BOROUGH FORM OF GOVERNMENT
The Borough Form (NJSA 40A:60-1)
The Borough form remains the single most popular form of local government in New Jersey. This form dates back to the Borough Act of 1878 and was revised in 1897 and by the Borough Act of 1987. The Borough mayor is elected at-large to a four-year term. Six council members are elected at-large4 to staggered three-year terms.
The Borough form is often referred to as a “weak mayor-strong council” form. The mayor retains all general law authority, presides over council meetings and can vote in the case of a tie. The mayor appoints, with the advice and consent of council, all subordinate officers of the municipality. The council is the legislative body of the Borough. All executive responsibilities not placed in the office of the Mayor by general law or the Borough law remain with the council.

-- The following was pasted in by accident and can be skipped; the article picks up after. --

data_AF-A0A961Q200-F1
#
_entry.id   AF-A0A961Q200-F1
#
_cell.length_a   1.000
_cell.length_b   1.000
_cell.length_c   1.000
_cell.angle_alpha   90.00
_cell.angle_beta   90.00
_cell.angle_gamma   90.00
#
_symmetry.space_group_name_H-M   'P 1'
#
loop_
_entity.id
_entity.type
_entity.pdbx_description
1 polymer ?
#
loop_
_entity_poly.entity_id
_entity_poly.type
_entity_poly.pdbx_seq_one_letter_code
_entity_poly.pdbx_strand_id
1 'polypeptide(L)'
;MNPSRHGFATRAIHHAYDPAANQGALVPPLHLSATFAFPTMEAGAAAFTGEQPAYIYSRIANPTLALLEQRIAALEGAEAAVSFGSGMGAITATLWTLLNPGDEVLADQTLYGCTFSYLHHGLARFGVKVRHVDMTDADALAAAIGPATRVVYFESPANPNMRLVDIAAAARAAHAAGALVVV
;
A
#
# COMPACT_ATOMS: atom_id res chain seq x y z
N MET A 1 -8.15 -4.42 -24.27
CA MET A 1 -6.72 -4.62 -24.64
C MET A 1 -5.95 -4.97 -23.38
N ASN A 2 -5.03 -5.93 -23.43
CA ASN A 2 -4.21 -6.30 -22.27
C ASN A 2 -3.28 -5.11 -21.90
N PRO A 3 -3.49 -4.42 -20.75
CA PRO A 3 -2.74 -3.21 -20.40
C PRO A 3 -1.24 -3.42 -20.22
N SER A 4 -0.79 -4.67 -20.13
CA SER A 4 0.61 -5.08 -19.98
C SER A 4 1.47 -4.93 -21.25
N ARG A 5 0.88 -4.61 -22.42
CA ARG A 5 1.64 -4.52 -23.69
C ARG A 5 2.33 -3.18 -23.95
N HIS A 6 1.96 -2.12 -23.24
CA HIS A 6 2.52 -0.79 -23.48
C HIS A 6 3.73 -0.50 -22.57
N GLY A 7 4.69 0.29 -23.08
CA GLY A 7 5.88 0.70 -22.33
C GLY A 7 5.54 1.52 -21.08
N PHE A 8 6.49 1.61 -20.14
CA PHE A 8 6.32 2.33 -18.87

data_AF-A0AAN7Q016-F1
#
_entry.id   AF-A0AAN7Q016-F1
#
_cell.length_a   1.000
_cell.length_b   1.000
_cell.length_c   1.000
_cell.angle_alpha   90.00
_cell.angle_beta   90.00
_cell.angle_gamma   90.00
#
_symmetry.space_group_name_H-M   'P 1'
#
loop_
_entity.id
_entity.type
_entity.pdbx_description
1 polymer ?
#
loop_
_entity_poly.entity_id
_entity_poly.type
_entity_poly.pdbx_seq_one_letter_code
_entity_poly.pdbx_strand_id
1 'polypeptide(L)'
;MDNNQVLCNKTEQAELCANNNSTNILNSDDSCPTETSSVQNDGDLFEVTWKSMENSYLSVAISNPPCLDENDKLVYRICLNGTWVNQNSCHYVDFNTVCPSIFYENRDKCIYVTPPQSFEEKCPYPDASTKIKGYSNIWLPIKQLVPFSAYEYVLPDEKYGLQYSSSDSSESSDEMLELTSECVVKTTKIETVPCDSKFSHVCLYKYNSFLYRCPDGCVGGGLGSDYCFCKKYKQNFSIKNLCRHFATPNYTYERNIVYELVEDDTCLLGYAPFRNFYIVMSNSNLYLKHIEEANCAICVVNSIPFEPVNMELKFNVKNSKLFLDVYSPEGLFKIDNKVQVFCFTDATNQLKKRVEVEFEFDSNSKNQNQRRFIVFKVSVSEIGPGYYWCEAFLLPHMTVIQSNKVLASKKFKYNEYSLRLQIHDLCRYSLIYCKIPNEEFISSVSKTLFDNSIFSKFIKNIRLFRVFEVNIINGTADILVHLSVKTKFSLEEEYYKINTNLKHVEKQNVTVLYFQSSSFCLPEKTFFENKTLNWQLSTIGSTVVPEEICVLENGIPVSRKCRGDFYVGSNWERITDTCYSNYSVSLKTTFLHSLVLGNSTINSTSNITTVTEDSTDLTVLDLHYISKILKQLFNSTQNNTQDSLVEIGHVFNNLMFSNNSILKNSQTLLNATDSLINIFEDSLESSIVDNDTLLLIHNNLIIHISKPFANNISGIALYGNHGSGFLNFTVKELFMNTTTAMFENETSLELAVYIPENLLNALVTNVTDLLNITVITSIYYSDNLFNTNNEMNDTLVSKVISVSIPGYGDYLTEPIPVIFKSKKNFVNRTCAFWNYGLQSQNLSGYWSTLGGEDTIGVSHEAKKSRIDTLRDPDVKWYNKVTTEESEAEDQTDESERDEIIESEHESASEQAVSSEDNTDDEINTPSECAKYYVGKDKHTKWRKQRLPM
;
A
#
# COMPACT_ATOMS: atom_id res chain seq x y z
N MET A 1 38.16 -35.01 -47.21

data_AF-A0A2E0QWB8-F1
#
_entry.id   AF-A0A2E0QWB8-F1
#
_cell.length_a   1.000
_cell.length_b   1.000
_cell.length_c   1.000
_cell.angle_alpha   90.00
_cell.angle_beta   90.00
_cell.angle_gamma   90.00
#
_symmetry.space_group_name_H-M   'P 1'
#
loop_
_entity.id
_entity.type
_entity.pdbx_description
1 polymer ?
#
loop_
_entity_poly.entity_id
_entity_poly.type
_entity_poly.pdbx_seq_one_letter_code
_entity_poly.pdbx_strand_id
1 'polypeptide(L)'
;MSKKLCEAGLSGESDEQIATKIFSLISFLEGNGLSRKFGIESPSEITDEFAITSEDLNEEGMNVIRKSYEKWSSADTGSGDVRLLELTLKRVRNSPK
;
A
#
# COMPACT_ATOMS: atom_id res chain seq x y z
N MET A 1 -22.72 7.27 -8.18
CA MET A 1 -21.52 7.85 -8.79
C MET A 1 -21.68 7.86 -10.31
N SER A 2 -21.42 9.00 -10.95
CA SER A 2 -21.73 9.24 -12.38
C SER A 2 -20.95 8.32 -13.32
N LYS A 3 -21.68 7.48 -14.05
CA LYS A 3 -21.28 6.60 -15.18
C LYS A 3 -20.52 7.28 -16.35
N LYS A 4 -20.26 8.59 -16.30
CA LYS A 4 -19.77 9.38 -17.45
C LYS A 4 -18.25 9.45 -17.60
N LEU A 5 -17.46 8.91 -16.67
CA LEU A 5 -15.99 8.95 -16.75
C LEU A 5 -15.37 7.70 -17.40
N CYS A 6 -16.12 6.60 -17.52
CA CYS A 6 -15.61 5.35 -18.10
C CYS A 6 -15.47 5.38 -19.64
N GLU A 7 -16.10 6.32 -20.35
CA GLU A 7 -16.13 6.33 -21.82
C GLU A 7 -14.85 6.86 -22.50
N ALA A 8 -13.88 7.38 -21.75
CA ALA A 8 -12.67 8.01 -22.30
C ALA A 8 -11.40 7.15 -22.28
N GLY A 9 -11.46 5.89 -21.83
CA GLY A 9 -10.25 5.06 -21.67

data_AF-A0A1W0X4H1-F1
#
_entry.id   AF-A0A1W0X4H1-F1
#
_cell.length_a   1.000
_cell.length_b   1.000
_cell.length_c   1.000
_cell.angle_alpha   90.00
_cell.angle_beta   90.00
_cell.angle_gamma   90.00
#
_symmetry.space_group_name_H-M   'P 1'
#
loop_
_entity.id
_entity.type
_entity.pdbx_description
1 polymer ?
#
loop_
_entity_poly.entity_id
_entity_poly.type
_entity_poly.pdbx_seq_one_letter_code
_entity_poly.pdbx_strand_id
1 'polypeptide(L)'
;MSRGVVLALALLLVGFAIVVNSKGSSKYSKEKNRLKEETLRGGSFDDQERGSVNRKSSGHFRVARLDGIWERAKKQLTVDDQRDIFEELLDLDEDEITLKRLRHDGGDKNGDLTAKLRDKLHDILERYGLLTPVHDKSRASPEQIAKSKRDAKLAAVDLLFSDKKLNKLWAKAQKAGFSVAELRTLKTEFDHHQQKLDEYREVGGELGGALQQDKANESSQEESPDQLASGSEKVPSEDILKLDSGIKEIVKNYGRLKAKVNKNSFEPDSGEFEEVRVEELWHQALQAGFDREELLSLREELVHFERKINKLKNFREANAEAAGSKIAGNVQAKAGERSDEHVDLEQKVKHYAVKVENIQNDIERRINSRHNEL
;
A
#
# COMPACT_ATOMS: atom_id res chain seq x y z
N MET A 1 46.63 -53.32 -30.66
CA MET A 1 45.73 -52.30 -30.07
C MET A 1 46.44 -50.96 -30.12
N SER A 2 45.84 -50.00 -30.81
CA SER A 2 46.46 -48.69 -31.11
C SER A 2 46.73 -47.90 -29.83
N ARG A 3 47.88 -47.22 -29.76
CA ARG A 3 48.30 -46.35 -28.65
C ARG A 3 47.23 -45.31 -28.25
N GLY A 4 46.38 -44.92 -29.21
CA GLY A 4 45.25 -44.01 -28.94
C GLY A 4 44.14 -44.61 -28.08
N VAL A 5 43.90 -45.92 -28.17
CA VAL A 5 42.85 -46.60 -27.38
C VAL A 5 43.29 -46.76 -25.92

Like the other traditional forms, a Borough may appoint an administrator and delegate all or a portion of the executive responsibilities to him/her. The council may also adopt an administrative code, prescribing how the council shall perform it duties. As of 2006, 218 New Jersey municipalities operate under this form.
- Mayor and 6 Council Members
- Mayor has a 4 year term
- Council has staggered 3 year terms.
ORGANIZATION OF GOVERNING BODY:
- Head of Municipal government
- Sees that laws and Borough Ordinances are faithfully executed
- Presides over Council Meetings
- Votes only to break ties
- Can veto ordinances subject to override by 2/3 majority of Council
- Appoints subordinate officers with Council approval; after 30 days or upon Council disapproval, Council fills posts.
- Legislative body of Municipality
- Has all executive responsibility not placed in Office of Mayor